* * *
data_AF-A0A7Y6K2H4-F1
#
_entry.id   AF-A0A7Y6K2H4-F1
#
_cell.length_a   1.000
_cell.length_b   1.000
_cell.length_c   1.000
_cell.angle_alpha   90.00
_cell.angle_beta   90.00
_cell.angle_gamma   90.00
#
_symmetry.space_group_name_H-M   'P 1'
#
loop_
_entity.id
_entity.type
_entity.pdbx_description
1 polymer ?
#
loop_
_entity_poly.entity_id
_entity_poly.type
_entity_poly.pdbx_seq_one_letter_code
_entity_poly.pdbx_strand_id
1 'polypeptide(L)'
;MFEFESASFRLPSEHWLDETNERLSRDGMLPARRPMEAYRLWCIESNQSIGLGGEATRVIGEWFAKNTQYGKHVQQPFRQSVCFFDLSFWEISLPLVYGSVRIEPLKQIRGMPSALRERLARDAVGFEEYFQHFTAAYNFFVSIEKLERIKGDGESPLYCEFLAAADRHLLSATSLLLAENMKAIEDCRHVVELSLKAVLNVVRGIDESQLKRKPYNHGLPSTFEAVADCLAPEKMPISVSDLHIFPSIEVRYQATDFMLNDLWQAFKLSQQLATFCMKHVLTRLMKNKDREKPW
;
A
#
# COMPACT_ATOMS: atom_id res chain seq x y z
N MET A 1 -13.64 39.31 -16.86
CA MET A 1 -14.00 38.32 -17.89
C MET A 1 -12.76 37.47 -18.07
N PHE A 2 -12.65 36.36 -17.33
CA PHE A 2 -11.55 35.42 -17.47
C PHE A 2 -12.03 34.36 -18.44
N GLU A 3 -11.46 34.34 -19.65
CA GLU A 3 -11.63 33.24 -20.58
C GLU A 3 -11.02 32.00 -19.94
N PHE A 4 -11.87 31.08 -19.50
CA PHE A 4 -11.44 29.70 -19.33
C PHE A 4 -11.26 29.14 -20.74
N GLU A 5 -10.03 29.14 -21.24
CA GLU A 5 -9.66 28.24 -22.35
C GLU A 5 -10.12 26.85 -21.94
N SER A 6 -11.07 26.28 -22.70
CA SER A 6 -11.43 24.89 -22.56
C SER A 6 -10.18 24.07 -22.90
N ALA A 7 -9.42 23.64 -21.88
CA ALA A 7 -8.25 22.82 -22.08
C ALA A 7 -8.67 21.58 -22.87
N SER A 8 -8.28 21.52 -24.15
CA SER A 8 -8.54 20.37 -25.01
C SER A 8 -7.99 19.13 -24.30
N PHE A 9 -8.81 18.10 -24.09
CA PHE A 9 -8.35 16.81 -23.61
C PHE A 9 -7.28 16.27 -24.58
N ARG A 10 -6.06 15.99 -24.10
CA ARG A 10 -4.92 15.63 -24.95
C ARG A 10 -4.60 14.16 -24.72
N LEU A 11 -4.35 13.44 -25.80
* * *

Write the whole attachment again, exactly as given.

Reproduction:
data_AF-A0A7Y6K2H4-F1
#
_entry.id   AF-A0A7Y6K2H4-F1
#
_cell.length_a   1.000
_cell.length_b   1.000
_cell.length_c   1.000
_cell.angle_alpha   90.00
_cell.angle_beta   90.00
_cell.angle_gamma   90.00
#
_symmetry.space_group_name_H-M   'P 1'
#
loop_
_entity.id
_entity.type
_entity.pdbx_description
1 polymer ?
#
loop_
_entity_poly.entity_id
_entity_poly.type
_entity_poly.pdbx_seq_one_letter_code
_entity_poly.pdbx_strand_id
1 'polypeptide(L)'
;MFEFESASFRLPSEHWLDETNERLSRDGMLPARRPMEAYRLWCIESNQSIGLGGEATRVIGEWFAKNTQYGKHVQQPFRQSVCFFDLSFWEISLPLVYGSVRIEPLKQIRGMPSALRERLARDAVGFEEYFQHFTAAYNFFVSIEKLERIKGDGESPLYCEFLAAADRHLLSATSLLLAENMKAIEDCRHVVELSLKAVLNVVRGIDESQLKRKPYNHGLPSTFEAVADCLAPEKMPISVSDLHIFPSIEVRYQATDFMLNDLWQAFKLSQQLATFCMKHVLTRLMKNKDREKPW
;
A
#
# COMPACT_ATOMS: atom_id res chain seq x y z
N MET A 1 -13.64 39.31 -16.86
CA MET A 1 -14.00 38.32 -17.89
C MET A 1 -12.76 37.47 -18.07
N PHE A 2 -12.65 36.36 -17.33
CA PHE A 2 -11.55 35.42 -17.47
C PHE A 2 -12.03 34.36 -18.44
N GLU A 3 -11.46 34.34 -19.65
CA GLU A 3 -11.63 33.24 -20.58
C GLU A 3 -11.02 32.00 -19.94
N PHE A 4 -11.87 31.08 -19.50
CA PHE A 4 -11.44 29.70 -19.33
C PHE A 4 -11.26 29.14 -20.74
N GLU A 5 -10.03 29.14 -21.24
CA GLU A 5 -9.66 28.24 -22.35
C GLU A 5 -10.12 26.85 -21.94
N SER A 6 -11.07 26.28 -22.70
CA SER A 6 -11.43 24.89 -22.56
C SER A 6 -10.18 24.07 -22.90
N ALA A 7 -9.42 23.64 -21.88
CA ALA A 7 -8.25 22.82 -22.08
C ALA A 7 -8.67 21.58 -22.87
N SER A 8 -8.28 21.52 -24.15
CA SER A 8 -8.54 20.37 -25.01
C SER A 8 -7.99 19.13 -24.30
N PHE A 9 -8.81 18.10 -24.09
CA PHE A 9 -8.35 16.81 -23.61
C PHE A 9 -7.28 16.27 -24.58
N ARG A 10 -6.06 15.99 -24.10
CA ARG A 10 -4.92 15.63 -24.95
C ARG A 10 -4.60 14.16 -24.72
N LEU A 11 -4.35 13.44 -25.80